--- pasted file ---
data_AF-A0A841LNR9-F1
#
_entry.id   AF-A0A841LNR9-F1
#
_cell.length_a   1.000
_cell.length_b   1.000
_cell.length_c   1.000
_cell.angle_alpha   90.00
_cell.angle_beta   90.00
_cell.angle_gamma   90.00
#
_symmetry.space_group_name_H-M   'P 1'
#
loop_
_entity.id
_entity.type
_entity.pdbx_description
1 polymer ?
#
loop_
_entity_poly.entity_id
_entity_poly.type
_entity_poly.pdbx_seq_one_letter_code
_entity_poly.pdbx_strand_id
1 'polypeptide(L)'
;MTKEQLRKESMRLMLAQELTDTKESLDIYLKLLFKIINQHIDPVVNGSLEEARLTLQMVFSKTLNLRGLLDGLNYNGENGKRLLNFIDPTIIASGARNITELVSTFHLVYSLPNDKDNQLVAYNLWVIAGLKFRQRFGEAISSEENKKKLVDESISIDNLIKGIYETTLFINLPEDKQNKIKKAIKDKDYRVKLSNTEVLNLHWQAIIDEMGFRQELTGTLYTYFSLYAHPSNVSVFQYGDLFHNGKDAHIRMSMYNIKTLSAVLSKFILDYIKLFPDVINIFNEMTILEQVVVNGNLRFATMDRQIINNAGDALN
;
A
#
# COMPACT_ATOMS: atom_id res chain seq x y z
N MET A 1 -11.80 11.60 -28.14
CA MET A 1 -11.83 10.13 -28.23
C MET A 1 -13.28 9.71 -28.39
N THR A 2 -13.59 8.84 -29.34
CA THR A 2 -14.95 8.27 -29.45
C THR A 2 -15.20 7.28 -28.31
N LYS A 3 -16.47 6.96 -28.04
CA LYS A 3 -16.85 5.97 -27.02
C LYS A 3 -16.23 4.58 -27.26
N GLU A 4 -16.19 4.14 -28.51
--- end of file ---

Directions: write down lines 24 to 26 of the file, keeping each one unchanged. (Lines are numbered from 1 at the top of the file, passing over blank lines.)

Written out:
_entity_poly.pdbx_strand_id
1 'polypeptide(L)'
;MTKEQLRKESMRLMLAQELTDTKESLDIYLKLLFKIINQHIDPVVNGSLEEARLTLQMVFSKTLNLRGLLDGLNYNGENGKRLLNFIDPTIIASGARNITELVSTFHLVYSLPNDKDNQLVAYNLWVIAGLKFRQRFGEAISSEENKKKLVDESISIDNLIKGIYETTLFINLPEDKQNKIKKAIKDKDYRVKLSNTEVLNLHWQAIIDEMGFRQELTGTLYTYFSLYAHPSNVSVFQYGDLFHNGKDAHIRMSMYNIKTLSAVLSKFILDYIKLFPDVINIFNEMTILEQVVVNGNLRFATMDRQIINNAGDALN